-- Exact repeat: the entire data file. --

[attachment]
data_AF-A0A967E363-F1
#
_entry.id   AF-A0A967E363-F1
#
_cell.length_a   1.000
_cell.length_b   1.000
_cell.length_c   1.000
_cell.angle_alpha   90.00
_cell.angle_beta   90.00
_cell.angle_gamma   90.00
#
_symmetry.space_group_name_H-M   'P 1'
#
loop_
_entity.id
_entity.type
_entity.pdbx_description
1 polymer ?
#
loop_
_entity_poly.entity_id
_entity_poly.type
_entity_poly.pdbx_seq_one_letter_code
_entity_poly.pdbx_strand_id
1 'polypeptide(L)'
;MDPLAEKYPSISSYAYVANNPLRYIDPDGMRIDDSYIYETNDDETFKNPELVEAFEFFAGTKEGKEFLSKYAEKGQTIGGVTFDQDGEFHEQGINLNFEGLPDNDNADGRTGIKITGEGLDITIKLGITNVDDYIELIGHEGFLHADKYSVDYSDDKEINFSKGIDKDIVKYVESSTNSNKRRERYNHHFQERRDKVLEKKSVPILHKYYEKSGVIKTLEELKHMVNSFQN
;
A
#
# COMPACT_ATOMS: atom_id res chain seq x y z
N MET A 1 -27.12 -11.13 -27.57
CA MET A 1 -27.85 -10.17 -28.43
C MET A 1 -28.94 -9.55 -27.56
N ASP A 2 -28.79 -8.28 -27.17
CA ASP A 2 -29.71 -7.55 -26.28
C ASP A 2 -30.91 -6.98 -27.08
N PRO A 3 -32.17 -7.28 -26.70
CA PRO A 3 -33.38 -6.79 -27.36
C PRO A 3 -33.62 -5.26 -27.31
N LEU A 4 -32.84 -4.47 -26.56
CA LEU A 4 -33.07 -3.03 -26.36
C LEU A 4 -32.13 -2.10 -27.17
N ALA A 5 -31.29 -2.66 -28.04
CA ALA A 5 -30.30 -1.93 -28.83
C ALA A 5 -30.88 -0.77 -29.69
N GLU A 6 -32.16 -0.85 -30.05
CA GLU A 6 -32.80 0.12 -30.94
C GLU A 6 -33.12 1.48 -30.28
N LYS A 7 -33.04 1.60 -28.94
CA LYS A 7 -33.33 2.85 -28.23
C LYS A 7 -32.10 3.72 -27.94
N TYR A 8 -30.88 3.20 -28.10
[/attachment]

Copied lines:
data_AF-A0A967E363-F1
#
_entry.id   AF-A0A967E363-F1
#
_cell.length_a   1.000
_cell.length_b   1.000
_cell.length_c   1.000
_cell.angle_alpha   90.00
_cell.angle_beta   90.00
_cell.angle_gamma   90.00
#
_symmetry.space_group_name_H-M   'P 1'
#
loop_
_entity.id
_entity.type
_entity.pdbx_description
1 polymer ?
#
loop_
_entity_poly.entity_id
_entity_poly.type
_entity_poly.pdbx_seq_one_letter_code
_entity_poly.pdbx_strand_id
1 'polypeptide(L)'
;MDPLAEKYPSISSYAYVANNPLRYIDPDGMRIDDSYIYETNDDETFKNPELVEAFEFFAGTKEGKEFLSKYAEKGQTIGGVTFDQDGEFHEQGINLNFEGLPDNDNADGRTGIKITGEGLDITIKLGITNVDDYIELIGHEGFLHADKYSVDYSDDKEINFSKGIDKDIVKYVESSTNSNKRRERYNHHFQERRDKVLEKKSVPILHKYYEKSGVIKTLEELKHMVNSFQN
;
A
#
# COMPACT_ATOMS: atom_id res chain seq x y z
N MET A 1 -27.12 -11.13 -27.57
CA MET A 1 -27.85 -10.17 -28.43
C MET A 1 -28.94 -9.55 -27.56
N ASP A 2 -28.79 -8.28 -27.17
CA ASP A 2 -29.71 -7.55 -26.28
C ASP A 2 -30.91 -6.98 -27.08
N PRO A 3 -32.17 -7.28 -26.70
CA PRO A 3 -33.38 -6.79 -27.36
C PRO A 3 -33.62 -5.26 -27.31
N LEU A 4 -32.84 -4.47 -26.56
CA LEU A 4 -33.07 -3.03 -26.36
C LEU A 4 -32.13 -2.10 -27.17
N ALA A 5 -31.29 -2.66 -28.04
CA ALA A 5 -30.30 -1.93 -28.83
C ALA A 5 -30.88 -0.77 -29.69
N GLU A 6 -32.16 -0.85 -30.05
CA GLU A 6 -32.80 0.12 -30.94
C GLU A 6 -33.12 1.48 -30.28
N LYS A 7 -33.04 1.60 -28.94
CA LYS A 7 -33.33 2.85 -28.23
C LYS A 7 -32.10 3.72 -27.94
N TYR A 8 -30.88 3.20 -28.10